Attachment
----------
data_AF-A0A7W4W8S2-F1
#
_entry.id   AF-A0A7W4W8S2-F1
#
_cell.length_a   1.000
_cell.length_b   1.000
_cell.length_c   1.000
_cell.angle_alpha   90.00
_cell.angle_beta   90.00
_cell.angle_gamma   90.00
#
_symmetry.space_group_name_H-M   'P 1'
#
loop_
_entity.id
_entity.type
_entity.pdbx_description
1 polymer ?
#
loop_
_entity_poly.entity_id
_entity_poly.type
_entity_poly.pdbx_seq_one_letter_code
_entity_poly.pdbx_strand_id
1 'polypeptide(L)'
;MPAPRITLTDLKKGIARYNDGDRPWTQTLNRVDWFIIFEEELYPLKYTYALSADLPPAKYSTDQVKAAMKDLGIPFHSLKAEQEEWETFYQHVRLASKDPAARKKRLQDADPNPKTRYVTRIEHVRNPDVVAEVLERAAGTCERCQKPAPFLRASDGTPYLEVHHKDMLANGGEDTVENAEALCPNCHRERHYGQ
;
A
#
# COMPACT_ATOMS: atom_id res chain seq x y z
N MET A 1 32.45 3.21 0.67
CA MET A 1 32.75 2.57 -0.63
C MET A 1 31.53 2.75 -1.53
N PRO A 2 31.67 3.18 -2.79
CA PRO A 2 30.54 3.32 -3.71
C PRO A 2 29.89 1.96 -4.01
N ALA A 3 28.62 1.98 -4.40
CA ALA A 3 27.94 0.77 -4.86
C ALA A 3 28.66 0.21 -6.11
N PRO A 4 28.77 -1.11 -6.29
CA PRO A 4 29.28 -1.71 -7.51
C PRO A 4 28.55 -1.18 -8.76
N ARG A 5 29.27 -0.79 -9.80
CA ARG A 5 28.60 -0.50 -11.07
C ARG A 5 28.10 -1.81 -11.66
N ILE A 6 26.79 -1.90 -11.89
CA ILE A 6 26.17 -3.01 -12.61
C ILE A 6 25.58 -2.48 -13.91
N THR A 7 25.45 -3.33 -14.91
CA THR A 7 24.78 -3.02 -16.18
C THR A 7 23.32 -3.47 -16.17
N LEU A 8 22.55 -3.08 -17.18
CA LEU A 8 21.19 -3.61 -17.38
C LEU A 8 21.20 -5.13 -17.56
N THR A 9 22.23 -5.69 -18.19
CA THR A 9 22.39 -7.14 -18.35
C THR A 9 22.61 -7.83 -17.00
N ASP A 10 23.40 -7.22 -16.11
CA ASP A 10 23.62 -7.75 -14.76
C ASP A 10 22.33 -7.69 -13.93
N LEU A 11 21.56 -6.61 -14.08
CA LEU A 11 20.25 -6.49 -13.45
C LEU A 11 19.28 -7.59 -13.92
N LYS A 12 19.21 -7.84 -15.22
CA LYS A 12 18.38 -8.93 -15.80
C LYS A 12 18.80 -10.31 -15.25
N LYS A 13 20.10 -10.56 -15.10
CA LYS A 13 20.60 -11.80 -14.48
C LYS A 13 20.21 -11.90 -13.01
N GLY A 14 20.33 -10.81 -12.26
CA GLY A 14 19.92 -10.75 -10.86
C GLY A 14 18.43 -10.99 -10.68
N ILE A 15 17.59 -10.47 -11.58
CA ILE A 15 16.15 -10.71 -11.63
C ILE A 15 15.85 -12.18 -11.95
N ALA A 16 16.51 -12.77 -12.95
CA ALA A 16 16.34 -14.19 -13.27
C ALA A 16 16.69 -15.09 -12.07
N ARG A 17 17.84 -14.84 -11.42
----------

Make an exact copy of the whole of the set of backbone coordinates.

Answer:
data_AF-A0A7W4W8S2-F1
#
_entry.id   AF-A0A7W4W8S2-F1
#
_cell.length_a   1.000
_cell.length_b   1.000
_cell.length_c   1.000
_cell.angle_alpha   90.00
_cell.angle_beta   90.00
_cell.angle_gamma   90.00
#
_symmetry.space_group_name_H-M   'P 1'
#
loop_
_entity.id
_entity.type
_entity.pdbx_description
1 polymer ?
#
loop_
_entity_poly.entity_id
_entity_poly.type
_entity_poly.pdbx_seq_one_letter_code
_entity_poly.pdbx_strand_id
1 'polypeptide(L)'
;MPAPRITLTDLKKGIARYNDGDRPWTQTLNRVDWFIIFEEELYPLKYTYALSADLPPAKYSTDQVKAAMKDLGIPFHSLKAEQEEWETFYQHVRLASKDPAARKKRLQDADPNPKTRYVTRIEHVRNPDVVAEVLERAAGTCERCQKPAPFLRASDGTPYLEVHHKDMLANGGEDTVENAEALCPNCHRERHYGQ
;
A
#
# COMPACT_ATOMS: atom_id res chain seq x y z
N MET A 1 32.45 3.21 0.67
CA MET A 1 32.75 2.57 -0.63
C MET A 1 31.53 2.75 -1.53
N PRO A 2 31.67 3.18 -2.79
CA PRO A 2 30.54 3.32 -3.71
C PRO A 2 29.89 1.96 -4.01
N ALA A 3 28.62 1.98 -4.40
CA ALA A 3 27.94 0.77 -4.86
C ALA A 3 28.66 0.21 -6.11
N PRO A 4 28.77 -1.11 -6.29
CA PRO A 4 29.28 -1.71 -7.51
C PRO A 4 28.55 -1.18 -8.76
N ARG A 5 29.27 -0.79 -9.80
CA ARG A 5 28.60 -0.50 -11.07
C ARG A 5 28.10 -1.81 -11.66
N ILE A 6 26.79 -1.90 -11.89
CA ILE A 6 26.17 -3.01 -12.61
C ILE A 6 25.58 -2.48 -13.91
N THR A 7 25.45 -3.33 -14.91
CA THR A 7 24.78 -3.02 -16.18
C THR A 7 23.32 -3.47 -16.17
N LEU A 8 22.55 -3.08 -17.18
CA LEU A 8 21.19 -3.61 -17.38
C LEU A 8 21.20 -5.13 -17.56
N THR A 9 22.23 -5.69 -18.19
CA THR A 9 22.39 -7.14 -18.35
C THR A 9 22.61 -7.83 -17.00
N ASP A 10 23.40 -7.22 -16.11
CA ASP A 10 23.62 -7.75 -14.76
C ASP A 10 22.33 -7.69 -13.93
N LEU A 11 21.56 -6.61 -14.08
CA LEU A 11 20.25 -6.49 -13.45
C LEU A 11 19.28 -7.59 -13.92
N LYS A 12 19.21 -7.84 -15.22
CA LYS A 12 18.38 -8.93 -15.80
C LYS A 12 18.80 -10.31 -15.25
N LYS A 13 20.10 -10.56 -15.10
CA LYS A 13 20.60 -11.80 -14.48
C LYS A 13 20.21 -11.90 -13.01
N GLY A 14 20.33 -10.81 -12.26
CA GLY A 14 19.92 -10.75 -10.86
C GLY A 14 18.43 -10.99 -10.68
N ILE A 15 17.59 -10.47 -11.58
CA ILE A 15 16.15 -10.71 -11.63
C ILE A 15 15.85 -12.18 -11.95
N ALA A 16 16.51 -12.77 -12.95
CA ALA A 16 16.34 -14.19 -13.27
C ALA A 16 16.69 -15.09 -12.07
N ARG A 17 17.84 -14.84 -11.42